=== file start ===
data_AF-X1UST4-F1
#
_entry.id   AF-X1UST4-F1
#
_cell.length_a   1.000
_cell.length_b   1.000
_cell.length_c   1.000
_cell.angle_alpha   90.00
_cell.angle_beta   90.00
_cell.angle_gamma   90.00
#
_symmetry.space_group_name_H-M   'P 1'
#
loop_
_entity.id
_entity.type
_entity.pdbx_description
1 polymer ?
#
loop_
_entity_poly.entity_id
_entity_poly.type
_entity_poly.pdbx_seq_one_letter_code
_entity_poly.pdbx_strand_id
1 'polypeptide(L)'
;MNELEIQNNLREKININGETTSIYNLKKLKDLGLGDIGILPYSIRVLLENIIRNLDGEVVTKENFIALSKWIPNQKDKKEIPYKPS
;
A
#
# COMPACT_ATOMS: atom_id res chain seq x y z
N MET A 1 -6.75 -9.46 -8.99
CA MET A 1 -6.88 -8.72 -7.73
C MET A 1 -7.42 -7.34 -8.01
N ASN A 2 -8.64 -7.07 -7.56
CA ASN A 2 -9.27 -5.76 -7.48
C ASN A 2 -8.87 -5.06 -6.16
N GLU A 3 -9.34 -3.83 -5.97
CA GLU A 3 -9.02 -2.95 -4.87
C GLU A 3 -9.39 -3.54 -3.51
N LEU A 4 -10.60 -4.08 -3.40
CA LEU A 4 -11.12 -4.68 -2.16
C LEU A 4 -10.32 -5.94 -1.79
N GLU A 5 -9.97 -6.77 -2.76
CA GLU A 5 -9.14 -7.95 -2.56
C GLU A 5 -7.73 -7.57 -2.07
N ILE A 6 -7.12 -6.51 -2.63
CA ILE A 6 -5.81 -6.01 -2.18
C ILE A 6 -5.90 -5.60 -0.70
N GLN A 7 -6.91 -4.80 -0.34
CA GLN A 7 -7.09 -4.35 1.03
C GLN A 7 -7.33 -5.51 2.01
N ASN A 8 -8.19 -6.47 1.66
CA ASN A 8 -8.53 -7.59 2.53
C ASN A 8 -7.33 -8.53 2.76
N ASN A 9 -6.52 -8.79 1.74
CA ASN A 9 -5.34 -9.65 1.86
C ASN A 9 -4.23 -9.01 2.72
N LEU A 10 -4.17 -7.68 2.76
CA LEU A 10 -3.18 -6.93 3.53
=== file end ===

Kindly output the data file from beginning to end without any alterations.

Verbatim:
data_AF-X1UST4-F1
#
_entry.id   AF-X1UST4-F1
#
_cell.length_a   1.000
_cell.length_b   1.000
_cell.length_c   1.000
_cell.angle_alpha   90.00
_cell.angle_beta   90.00
_cell.angle_gamma   90.00
#
_symmetry.space_group_name_H-M   'P 1'
#
loop_
_entity.id
_entity.type
_entity.pdbx_description
1 polymer ?
#
loop_
_entity_poly.entity_id
_entity_poly.type
_entity_poly.pdbx_seq_one_letter_code
_entity_poly.pdbx_strand_id
1 'polypeptide(L)'
;MNELEIQNNLREKININGETTSIYNLKKLKDLGLGDIGILPYSIRVLLENIIRNLDGEVVTKENFIALSKWIPNQKDKKEIPYKPS
;
A
#
# COMPACT_ATOMS: atom_id res chain seq x y z
N MET A 1 -6.75 -9.46 -8.99
CA MET A 1 -6.88 -8.72 -7.73
C MET A 1 -7.42 -7.34 -8.01
N ASN A 2 -8.64 -7.07 -7.56
CA ASN A 2 -9.27 -5.76 -7.48
C ASN A 2 -8.87 -5.06 -6.16
N GLU A 3 -9.34 -3.83 -5.97
CA GLU A 3 -9.02 -2.95 -4.87
C GLU A 3 -9.39 -3.54 -3.51
N LEU A 4 -10.60 -4.08 -3.40
CA LEU A 4 -11.12 -4.68 -2.16
C LEU A 4 -10.32 -5.94 -1.79
N GLU A 5 -9.97 -6.77 -2.76
CA GLU A 5 -9.14 -7.95 -2.56
C GLU A 5 -7.73 -7.57 -2.07
N ILE A 6 -7.12 -6.51 -2.63
CA ILE A 6 -5.81 -6.01 -2.18
C ILE A 6 -5.90 -5.60 -0.70
N GLN A 7 -6.91 -4.80 -0.34
CA GLN A 7 -7.09 -4.35 1.03
C GLN A 7 -7.33 -5.51 2.01
N ASN A 8 -8.19 -6.47 1.66
CA ASN A 8 -8.53 -7.59 2.53
C ASN A 8 -7.33 -8.53 2.76
N ASN A 9 -6.52 -8.79 1.74
CA ASN A 9 -5.34 -9.65 1.86
C ASN A 9 -4.23 -9.01 2.72
N LEU A 10 -4.17 -7.68 2.76
CA LEU A 10 -3.18 -6.93 3.53